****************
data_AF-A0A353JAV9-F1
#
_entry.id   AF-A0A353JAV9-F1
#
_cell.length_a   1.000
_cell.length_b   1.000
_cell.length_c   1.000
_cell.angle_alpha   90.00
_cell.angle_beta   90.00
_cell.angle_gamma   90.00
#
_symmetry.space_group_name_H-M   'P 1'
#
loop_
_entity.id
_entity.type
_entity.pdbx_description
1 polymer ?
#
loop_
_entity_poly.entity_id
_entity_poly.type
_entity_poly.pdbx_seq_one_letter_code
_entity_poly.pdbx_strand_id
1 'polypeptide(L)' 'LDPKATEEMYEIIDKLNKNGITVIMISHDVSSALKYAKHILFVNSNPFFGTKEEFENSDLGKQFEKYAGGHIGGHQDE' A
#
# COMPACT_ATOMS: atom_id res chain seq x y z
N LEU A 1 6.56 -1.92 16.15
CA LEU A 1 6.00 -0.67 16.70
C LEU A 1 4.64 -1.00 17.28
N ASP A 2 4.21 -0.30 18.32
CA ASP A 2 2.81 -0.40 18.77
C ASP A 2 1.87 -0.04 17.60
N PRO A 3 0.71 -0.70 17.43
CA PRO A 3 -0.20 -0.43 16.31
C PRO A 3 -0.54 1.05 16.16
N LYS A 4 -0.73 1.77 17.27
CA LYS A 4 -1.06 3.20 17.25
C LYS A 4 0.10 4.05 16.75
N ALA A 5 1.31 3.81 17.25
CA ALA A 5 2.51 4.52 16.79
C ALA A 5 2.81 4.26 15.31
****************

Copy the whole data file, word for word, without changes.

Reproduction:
data_AF-A0A353JAV9-F1
#
_entry.id   AF-A0A353JAV9-F1
#
_cell.length_a   1.000
_cell.length_b   1.000
_cell.length_c   1.000
_cell.angle_alpha   90.00
_cell.angle_beta   90.00
_cell.angle_gamma   90.00
#
_symmetry.space_group_name_H-M   'P 1'
#
loop_
_entity.id
_entity.type
_entity.pdbx_description
1 polymer ?
#
loop_
_entity_poly.entity_id
_entity_poly.type
_entity_poly.pdbx_seq_one_letter_code
_entity_poly.pdbx_strand_id
1 'polypeptide(L)' 'LDPKATEEMYEIIDKLNKNGITVIMISHDVSSALKYAKHILFVNSNPFFGTKEEFENSDLGKQFEKYAGGHIGGHQDE' A
#
# COMPACT_ATOMS: atom_id res chain seq x y z
N LEU A 1 6.56 -1.92 16.15
CA LEU A 1 6.00 -0.67 16.70
C LEU A 1 4.64 -1.00 17.28
N ASP A 2 4.21 -0.30 18.32
CA ASP A 2 2.81 -0.40 18.77
C ASP A 2 1.87 -0.04 17.60
N PRO A 3 0.71 -0.70 17.43
CA PRO A 3 -0.20 -0.43 16.31
C PRO A 3 -0.54 1.05 16.16
N LYS A 4 -0.73 1.77 17.27
CA LYS A 4 -1.06 3.20 17.25
C LYS A 4 0.10 4.05 16.75
N ALA A 5 1.31 3.81 17.25
CA ALA A 5 2.51 4.52 16.79
C ALA A 5 2.81 4.26 15.31